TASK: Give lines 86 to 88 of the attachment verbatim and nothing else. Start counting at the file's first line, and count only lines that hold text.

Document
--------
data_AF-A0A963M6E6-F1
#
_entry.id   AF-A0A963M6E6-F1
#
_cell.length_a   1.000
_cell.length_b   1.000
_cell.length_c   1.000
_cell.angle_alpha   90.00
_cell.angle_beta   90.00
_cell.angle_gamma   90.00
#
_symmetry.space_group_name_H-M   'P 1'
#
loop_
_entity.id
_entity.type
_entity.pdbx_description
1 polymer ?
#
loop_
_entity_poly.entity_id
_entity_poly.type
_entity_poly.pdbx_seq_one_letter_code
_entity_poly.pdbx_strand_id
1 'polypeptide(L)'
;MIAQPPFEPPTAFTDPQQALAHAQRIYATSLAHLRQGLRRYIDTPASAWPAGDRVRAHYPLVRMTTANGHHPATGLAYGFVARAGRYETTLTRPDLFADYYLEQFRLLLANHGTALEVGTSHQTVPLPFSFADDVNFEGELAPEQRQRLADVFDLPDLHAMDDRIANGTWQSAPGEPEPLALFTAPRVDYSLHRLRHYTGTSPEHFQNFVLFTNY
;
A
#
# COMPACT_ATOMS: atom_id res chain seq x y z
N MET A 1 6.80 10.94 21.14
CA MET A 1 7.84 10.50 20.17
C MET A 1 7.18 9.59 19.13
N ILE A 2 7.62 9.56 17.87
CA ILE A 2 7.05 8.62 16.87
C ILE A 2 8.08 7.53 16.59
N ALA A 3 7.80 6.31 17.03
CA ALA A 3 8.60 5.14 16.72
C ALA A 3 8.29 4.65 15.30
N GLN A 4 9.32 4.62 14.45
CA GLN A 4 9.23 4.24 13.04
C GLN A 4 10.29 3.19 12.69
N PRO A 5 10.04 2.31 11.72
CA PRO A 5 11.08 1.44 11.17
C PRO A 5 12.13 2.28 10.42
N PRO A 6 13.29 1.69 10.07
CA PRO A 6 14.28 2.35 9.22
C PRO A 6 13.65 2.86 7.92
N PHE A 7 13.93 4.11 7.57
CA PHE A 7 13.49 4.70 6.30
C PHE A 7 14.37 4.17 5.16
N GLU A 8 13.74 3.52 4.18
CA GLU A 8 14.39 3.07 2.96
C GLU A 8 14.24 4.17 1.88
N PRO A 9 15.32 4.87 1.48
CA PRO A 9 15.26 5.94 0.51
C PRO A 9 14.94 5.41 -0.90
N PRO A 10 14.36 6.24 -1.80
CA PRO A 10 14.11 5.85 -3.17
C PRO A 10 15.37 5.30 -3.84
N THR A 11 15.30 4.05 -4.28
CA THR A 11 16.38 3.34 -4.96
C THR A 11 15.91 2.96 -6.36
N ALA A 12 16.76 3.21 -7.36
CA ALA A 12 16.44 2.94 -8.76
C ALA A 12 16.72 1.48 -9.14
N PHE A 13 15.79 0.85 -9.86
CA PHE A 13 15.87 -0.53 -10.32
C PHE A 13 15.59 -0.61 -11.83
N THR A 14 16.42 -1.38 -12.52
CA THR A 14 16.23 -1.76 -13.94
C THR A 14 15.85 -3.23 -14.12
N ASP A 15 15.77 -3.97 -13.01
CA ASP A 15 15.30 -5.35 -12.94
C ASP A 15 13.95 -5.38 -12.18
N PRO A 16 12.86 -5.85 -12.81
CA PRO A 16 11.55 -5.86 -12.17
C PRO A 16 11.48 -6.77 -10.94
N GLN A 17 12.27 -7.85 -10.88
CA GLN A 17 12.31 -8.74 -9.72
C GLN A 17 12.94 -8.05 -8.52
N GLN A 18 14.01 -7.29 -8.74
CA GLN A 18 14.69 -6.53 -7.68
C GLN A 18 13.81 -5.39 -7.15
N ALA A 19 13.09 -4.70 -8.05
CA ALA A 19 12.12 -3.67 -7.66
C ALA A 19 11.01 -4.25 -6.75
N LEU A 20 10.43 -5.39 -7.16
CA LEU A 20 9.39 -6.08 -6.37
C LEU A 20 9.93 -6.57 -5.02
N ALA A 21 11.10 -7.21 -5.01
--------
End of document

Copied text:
CA ALA A 19 12.12 -3.67 -7.66
C ALA A 19 11.01 -4.25 -6.75
N LEU A 20 10.43 -5.39 -7.16